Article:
by Elizabeth S.
Debt Shaming Is Everywhere
As I’ve written in the past, money can come with all sorts of emotional baggage. Debt is something millions of people unintentionally land themselves in. There are countless people who, through no fault of their own, have ended up in serious debt. And before you can say they should have had enough savings, there are some situations you can never prepare for. Rare disorders with new treatments that cost tens of thousands or even millions a year. Natural disasters for which there is no insurance coverage. The market changes and business goes belly up.
Average lives can become indebted as well. Financial literacy isn’t taught in regular education streams. It’s only available to those who go out of their way to seek it out in special high school courses or in college. From that broken system, you end up with people like me. People who learned about money the hard way – by falling into horrible spending patterns. By not knowing how to budget. And what can really throw you into a spiral of anxiety is the shaming. Family, friends, the bank, the government – these can all be sources of debt shaming.
There are marketing campaigns that tell us if we skipped the cup of coffee and invested its cost, we’d be on a dream vacation right now. Famously, an article calling out millennials suggests they could afford to buy houses if they put down the avocado toast. Never mind that families used to be able to prosper on one income. Many of my friends are barely getting by on two incomes, and they don’t go on vacation or have new iPhones. It’s tough out there!
Not every penny of income has to go to paying off debt. Life still needs to be worth living. People love to comment when someone in debt has the audacity to go out to lunch or buy a (desperately needed) new pair of shoes. I’ve learned to give myself some walking around money that I can spend without guilt. I’m still fine-tuning the number (it’s too high at the moment), but it’s mine to spend on whatever I want. That little piece keeps me in control while still allowing me to direct most of my discretionary money to debt. If my parents ask me about a meeting a friend for a coffee or drink while I’m working on getting out of debt, I can proudly say it was in the budget.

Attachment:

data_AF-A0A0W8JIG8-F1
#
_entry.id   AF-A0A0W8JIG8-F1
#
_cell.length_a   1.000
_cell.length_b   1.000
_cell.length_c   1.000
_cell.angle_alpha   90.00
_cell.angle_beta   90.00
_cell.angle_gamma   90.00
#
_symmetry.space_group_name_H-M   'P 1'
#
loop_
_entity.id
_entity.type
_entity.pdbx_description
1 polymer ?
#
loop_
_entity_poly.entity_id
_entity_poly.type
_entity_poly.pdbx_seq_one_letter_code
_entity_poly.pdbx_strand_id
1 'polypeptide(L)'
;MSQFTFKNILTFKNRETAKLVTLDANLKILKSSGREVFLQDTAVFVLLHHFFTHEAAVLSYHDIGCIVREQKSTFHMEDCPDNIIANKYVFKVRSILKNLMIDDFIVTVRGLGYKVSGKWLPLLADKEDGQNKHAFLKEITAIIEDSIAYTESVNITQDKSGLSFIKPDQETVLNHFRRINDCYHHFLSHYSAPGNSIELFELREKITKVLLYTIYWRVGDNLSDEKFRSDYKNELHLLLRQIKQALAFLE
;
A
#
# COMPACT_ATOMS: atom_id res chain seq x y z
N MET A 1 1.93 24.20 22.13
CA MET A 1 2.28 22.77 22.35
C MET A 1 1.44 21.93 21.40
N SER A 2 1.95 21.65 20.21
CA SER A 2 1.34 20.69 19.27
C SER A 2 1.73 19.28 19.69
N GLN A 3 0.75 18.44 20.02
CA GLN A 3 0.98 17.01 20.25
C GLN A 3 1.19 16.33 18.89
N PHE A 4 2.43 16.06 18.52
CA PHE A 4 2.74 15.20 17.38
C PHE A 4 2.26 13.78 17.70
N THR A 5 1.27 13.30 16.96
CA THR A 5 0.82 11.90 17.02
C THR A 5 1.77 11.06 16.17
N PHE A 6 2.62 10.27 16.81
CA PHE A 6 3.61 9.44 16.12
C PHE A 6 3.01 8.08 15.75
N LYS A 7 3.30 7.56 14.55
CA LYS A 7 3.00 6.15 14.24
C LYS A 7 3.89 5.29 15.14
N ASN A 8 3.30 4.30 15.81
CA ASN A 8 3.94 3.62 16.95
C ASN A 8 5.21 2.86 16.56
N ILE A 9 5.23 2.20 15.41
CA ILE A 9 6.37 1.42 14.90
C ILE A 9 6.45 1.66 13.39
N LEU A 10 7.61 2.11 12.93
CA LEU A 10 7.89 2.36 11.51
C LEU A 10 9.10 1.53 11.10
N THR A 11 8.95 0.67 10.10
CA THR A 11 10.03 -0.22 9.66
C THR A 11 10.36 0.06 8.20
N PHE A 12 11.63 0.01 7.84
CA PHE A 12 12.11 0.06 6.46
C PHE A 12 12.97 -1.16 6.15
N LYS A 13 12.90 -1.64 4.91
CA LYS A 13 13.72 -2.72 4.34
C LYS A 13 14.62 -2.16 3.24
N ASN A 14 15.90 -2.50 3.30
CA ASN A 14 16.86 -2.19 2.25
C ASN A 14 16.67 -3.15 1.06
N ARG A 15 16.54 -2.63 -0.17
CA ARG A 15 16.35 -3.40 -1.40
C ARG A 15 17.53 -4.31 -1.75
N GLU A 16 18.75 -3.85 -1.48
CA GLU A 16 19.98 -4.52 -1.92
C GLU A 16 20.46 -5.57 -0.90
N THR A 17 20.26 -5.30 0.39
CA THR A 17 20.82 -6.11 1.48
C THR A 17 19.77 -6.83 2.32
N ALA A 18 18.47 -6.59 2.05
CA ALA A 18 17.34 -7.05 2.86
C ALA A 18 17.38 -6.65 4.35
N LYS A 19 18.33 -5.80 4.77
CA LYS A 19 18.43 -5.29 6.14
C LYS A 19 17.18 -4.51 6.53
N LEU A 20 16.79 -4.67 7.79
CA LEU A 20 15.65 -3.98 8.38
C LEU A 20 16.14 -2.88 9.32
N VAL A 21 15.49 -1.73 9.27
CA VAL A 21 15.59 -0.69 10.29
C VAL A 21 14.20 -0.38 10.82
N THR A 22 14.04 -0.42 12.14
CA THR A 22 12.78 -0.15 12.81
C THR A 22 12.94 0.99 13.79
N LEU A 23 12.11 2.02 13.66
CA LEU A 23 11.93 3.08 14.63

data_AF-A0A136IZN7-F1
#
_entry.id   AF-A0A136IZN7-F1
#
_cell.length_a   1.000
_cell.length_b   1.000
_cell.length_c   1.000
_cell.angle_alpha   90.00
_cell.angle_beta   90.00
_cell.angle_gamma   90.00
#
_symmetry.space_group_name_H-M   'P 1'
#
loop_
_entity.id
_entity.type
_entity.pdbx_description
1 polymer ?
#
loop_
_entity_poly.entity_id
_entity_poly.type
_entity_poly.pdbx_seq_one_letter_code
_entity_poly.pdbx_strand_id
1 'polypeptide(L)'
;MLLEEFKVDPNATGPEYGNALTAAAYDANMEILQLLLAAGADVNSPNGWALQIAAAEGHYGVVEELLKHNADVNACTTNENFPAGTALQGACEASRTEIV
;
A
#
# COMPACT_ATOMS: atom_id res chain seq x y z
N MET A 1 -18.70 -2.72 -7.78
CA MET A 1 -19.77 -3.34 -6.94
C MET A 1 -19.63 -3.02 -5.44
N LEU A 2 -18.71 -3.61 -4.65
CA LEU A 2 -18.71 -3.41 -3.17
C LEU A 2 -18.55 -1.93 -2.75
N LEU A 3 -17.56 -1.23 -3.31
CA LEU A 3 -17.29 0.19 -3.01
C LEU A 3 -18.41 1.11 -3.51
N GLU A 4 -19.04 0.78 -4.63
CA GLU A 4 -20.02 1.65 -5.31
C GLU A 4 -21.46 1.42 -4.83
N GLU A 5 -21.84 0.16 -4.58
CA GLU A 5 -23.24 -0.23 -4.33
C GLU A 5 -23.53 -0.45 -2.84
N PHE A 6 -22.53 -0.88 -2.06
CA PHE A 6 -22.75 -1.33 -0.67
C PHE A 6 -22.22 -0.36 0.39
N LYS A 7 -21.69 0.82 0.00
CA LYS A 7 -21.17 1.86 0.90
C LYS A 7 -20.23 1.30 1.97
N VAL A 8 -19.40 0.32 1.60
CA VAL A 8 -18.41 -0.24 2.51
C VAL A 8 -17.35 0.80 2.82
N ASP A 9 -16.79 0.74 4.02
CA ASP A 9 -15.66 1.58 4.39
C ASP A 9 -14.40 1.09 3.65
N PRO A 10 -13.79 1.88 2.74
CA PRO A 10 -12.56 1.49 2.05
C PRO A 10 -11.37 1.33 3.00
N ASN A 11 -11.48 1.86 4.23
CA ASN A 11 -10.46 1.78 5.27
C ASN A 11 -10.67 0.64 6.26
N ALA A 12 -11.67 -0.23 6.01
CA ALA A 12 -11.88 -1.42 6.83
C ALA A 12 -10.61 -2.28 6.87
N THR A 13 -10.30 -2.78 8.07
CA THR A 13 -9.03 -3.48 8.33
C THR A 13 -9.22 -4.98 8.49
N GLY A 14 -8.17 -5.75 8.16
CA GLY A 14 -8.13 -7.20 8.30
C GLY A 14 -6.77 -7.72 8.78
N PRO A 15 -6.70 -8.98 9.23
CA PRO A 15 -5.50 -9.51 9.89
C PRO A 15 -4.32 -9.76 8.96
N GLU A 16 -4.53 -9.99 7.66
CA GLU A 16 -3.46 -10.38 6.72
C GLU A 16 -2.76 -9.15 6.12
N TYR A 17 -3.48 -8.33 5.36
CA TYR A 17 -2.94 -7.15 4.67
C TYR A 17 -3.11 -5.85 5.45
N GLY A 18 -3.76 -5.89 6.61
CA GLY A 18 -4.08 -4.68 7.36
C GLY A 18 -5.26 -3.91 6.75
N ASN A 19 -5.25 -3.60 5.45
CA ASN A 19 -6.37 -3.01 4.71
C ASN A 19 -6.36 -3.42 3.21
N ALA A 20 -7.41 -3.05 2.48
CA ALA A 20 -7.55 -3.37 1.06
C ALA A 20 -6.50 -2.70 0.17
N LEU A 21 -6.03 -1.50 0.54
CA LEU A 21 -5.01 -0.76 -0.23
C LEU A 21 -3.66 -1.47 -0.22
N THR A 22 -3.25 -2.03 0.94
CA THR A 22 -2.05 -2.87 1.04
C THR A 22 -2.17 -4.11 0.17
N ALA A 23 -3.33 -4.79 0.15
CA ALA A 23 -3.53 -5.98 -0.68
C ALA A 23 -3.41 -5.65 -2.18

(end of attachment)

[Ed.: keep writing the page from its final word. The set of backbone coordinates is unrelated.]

How to Respond to Debt Shaming
The first step is for you to do alone. Acknowledge your debt! Sit down, tally everything up, and figure out what the total damage is. Let that sink in. Then, make a plan. You might want to talk to a not-for-profit credit counseling service or try a budgeting app, like YNAB or Mint.com. Once you have a plan, you will begin to feel less anxious, I promise! It was terrifying to confront all of my debts. Once I had them all laid out and had determined what I could do to pay them down, I began to feel better.
My last piece of advice is to talk about your debt with someone you trust. A lot of the shaming surrounding debt actually came from me. I went to great lengths to appear like I had money when everything was going on a card. Once I was honest with myself about the totals, I felt brave enough to talk to my best friend about it. I rarely talked about my debt until I began paying it off. When I finally paid off my first credit card, I was so proud of myself and began to share the news. If someone tried to make me feel bad about it, I cared a lot less because I finally felt a little bit in control. My grandparents and some wealthy aunts and uncles really made me feel bad about myself at times, but it got a lot better once I was honest with myself. I was able to let them know things were finally becoming under control.
I’m not suggesting we should encourage debt. On the contrary. My entire goal with blogging at BAD is to eliminate my debt. However, there is a kinder approach we can take with those rebuilding their financial lives, or with ourselves as we are climbing out of debt.
One last thing…
If someone is rude or belittling to you about your debt, especially if you’ve told them it’s something you’re working on, walk away. You don’t owe anyone, not even your family members, time for that kind of conversation. Stress about debt can cause strain on your body that can do serious damage. Get it under control for yourself and don’t give bullies the time of day.
Elizabeth is a single woman in her early 30s, working as a manager at a software company and living in the most expensive city in Canada. She hopes to blog about her journey to eliminate debt and build savings for home ownership someday. Whenever she has taken two financial steps forward, she’s always taken a step back with a bad credit card purchase (we’re looking at you, unnecessary iPhone of May 2019). Elizabeth lives alone with her fur kids, a dog and cat, and when she’s not in front of the computer, she enjoys running, camping, reading, and baseball.